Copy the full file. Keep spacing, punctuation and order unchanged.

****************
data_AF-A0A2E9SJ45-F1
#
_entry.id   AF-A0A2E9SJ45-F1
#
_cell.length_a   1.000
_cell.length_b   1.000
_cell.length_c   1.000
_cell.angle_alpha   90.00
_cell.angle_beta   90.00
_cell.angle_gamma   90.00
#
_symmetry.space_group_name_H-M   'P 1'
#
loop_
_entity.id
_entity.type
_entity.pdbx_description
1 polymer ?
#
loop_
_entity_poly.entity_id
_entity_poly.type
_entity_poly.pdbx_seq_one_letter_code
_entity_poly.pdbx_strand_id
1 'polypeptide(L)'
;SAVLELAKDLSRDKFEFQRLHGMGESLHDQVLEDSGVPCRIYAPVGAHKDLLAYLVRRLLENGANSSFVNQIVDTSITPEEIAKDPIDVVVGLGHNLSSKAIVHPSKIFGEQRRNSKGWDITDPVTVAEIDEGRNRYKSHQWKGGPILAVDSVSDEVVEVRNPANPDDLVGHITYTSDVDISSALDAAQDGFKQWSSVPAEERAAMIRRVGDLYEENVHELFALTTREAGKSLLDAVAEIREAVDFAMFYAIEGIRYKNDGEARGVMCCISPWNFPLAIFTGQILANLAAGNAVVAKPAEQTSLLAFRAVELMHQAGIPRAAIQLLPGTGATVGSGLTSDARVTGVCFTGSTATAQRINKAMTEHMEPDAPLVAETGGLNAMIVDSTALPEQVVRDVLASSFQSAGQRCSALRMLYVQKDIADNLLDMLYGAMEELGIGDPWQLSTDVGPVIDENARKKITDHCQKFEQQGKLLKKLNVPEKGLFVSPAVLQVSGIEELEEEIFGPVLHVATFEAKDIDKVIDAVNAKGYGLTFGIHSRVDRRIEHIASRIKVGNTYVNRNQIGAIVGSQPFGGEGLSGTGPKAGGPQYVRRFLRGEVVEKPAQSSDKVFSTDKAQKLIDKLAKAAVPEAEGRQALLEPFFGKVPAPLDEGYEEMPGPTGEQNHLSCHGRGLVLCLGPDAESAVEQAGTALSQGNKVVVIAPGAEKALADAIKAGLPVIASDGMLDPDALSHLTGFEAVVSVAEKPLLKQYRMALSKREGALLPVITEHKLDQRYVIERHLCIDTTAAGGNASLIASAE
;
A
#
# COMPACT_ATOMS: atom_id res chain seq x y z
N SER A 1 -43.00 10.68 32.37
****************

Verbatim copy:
data_AF-A0A2E9SJ45-F1
#
_entry.id   AF-A0A2E9SJ45-F1
#
_cell.length_a   1.000
_cell.length_b   1.000
_cell.length_c   1.000
_cell.angle_alpha   90.00
_cell.angle_beta   90.00
_cell.angle_gamma   90.00
#
_symmetry.space_group_name_H-M   'P 1'
#
loop_
_entity.id
_entity.type
_entity.pdbx_description
1 polymer ?
#
loop_
_entity_poly.entity_id
_entity_poly.type
_entity_poly.pdbx_seq_one_letter_code
_entity_poly.pdbx_strand_id
1 'polypeptide(L)'
;SAVLELAKDLSRDKFEFQRLHGMGESLHDQVLEDSGVPCRIYAPVGAHKDLLAYLVRRLLENGANSSFVNQIVDTSITPEEIAKDPIDVVVGLGHNLSSKAIVHPSKIFGEQRRNSKGWDITDPVTVAEIDEGRNRYKSHQWKGGPILAVDSVSDEVVEVRNPANPDDLVGHITYTSDVDISSALDAAQDGFKQWSSVPAEERAAMIRRVGDLYEENVHELFALTTREAGKSLLDAVAEIREAVDFAMFYAIEGIRYKNDGEARGVMCCISPWNFPLAIFTGQILANLAAGNAVVAKPAEQTSLLAFRAVELMHQAGIPRAAIQLLPGTGATVGSGLTSDARVTGVCFTGSTATAQRINKAMTEHMEPDAPLVAETGGLNAMIVDSTALPEQVVRDVLASSFQSAGQRCSALRMLYVQKDIADNLLDMLYGAMEELGIGDPWQLSTDVGPVIDENARKKITDHCQKFEQQGKLLKKLNVPEKGLFVSPAVLQVSGIEELEEEIFGPVLHVATFEAKDIDKVIDAVNAKGYGLTFGIHSRVDRRIEHIASRIKVGNTYVNRNQIGAIVGSQPFGGEGLSGTGPKAGGPQYVRRFLRGEVVEKPAQSSDKVFSTDKAQKLIDKLAKAAVPEAEGRQALLEPFFGKVPAPLDEGYEEMPGPTGEQNHLSCHGRGLVLCLGPDAESAVEQAGTALSQGNKVVVIAPGAEKALADAIKAGLPVIASDGMLDPDALSHLTGFEAVVSVAEKPLLKQYRMALSKREGALLPVITEHKLDQRYVIERHLCIDTTAAGGNASLIASAE
;
A
#
# COMPACT_ATOMS: atom_id res chain seq x y z
N SER A 1 -43.00 10.68 32.37